Not only that, you want to know that what you’re looking at is a good fit. If your GPA falls considerably short of the requirements set by a particular nursing school, you probably need to look elsewhere. Keep in mind that it’s very possible that you will not get into nursing school with the minimum GPA; that depends greatly on the other applicants.
That’s not to say that, for example, in the case of a school that requires a slightly higher GPA than you currently hold, there aren’t things you can do to improve your GPA. When you call to talk to an admissions counselor, he or she will be able to evaluate your unofficial transcripts to determine how you might improve your GPA to meet the requirements.
4. Will I need to take any prerequisite courses to be eligible?
Before choosing a nursing school, you need to consider the prerequisite course requirements, as they vary considerably from school to school. At some schools, the required prerequisite courses consist solely of science-based topics essential to your understanding of important nursing concepts. Others take a more liberal approach, including coursework with little bearing on your nursing education.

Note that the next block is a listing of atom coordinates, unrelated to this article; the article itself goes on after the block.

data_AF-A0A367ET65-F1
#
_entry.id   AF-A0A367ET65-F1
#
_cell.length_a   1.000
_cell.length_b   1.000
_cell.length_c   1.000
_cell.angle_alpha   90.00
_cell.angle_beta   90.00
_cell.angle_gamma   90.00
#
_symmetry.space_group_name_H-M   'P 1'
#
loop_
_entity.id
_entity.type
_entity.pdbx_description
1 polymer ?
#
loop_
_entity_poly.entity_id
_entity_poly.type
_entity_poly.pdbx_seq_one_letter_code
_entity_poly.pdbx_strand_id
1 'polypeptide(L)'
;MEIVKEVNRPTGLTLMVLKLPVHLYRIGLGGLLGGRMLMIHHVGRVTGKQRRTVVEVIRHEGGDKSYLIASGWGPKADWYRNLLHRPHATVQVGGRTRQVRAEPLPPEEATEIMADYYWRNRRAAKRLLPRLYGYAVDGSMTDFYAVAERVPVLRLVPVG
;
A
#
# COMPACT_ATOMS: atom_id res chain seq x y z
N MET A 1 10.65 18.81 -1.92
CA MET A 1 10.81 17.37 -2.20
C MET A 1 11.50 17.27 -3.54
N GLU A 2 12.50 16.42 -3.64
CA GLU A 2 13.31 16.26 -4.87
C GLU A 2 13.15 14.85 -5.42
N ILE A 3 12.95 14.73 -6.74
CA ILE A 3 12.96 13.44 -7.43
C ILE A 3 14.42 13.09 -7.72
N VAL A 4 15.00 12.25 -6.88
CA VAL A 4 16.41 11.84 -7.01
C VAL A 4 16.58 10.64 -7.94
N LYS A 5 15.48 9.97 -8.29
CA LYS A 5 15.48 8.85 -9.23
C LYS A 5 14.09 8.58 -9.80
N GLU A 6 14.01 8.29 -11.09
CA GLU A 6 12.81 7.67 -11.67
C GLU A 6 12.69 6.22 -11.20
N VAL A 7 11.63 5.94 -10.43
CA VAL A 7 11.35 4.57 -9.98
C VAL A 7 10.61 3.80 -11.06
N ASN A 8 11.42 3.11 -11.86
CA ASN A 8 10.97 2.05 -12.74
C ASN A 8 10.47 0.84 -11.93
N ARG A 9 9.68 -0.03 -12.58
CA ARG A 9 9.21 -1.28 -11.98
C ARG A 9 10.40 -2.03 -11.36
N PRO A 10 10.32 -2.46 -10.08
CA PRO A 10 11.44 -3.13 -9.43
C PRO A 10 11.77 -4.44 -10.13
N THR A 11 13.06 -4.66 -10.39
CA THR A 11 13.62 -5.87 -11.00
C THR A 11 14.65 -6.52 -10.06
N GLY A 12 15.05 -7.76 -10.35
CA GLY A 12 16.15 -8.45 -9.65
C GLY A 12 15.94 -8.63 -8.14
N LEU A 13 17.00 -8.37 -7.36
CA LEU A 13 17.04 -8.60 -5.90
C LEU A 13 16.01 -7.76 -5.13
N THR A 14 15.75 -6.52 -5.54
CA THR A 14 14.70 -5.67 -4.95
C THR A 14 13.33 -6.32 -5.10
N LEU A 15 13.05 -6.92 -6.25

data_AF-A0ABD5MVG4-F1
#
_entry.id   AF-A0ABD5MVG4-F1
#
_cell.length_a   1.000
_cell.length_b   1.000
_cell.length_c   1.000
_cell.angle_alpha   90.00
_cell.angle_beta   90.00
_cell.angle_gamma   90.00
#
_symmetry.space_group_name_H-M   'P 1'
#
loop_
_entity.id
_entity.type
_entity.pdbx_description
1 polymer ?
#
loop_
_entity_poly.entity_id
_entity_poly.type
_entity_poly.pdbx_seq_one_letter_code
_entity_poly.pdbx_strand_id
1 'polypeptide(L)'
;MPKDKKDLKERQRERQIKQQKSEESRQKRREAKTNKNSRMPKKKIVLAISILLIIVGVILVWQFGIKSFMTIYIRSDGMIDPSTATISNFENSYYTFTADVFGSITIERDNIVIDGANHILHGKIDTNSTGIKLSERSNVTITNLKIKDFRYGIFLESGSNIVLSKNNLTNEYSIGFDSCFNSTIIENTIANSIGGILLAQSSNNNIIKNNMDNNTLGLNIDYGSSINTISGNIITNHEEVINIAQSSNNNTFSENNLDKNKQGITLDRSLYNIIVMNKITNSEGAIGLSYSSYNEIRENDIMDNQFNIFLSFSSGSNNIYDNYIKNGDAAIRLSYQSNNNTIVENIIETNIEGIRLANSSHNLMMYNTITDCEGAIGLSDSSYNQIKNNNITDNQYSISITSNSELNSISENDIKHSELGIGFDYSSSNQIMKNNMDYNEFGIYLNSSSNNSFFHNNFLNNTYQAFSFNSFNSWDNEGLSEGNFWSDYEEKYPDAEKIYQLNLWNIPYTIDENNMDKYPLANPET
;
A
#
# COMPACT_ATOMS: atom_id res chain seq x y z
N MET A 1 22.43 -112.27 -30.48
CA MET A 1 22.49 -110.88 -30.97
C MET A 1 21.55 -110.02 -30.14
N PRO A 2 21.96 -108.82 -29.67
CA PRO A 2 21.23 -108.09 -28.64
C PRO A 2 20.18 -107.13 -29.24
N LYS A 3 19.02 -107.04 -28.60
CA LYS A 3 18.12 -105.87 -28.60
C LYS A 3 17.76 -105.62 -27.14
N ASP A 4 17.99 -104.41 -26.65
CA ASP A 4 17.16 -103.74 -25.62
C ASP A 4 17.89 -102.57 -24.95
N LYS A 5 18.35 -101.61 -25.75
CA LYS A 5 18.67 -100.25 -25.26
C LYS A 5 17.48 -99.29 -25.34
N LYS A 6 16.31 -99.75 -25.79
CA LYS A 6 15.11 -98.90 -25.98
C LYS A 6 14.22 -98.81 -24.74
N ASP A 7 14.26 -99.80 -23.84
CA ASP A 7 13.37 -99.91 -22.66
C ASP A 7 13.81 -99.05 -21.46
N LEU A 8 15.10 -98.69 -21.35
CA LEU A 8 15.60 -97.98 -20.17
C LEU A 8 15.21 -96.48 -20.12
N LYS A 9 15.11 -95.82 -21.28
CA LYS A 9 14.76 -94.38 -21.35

With the UIW ABSN track, every prerequisite course we require you to have taken is relevant to your nursing education. These courses, which include important topics such as anatomy, physiology, microbiology, biological chemistry, statistics, nutrition and psychology, can all be completed 100% online through University of the Incarnate Word using the same learning management system (LMS) we use for the online portion of our ABSN track.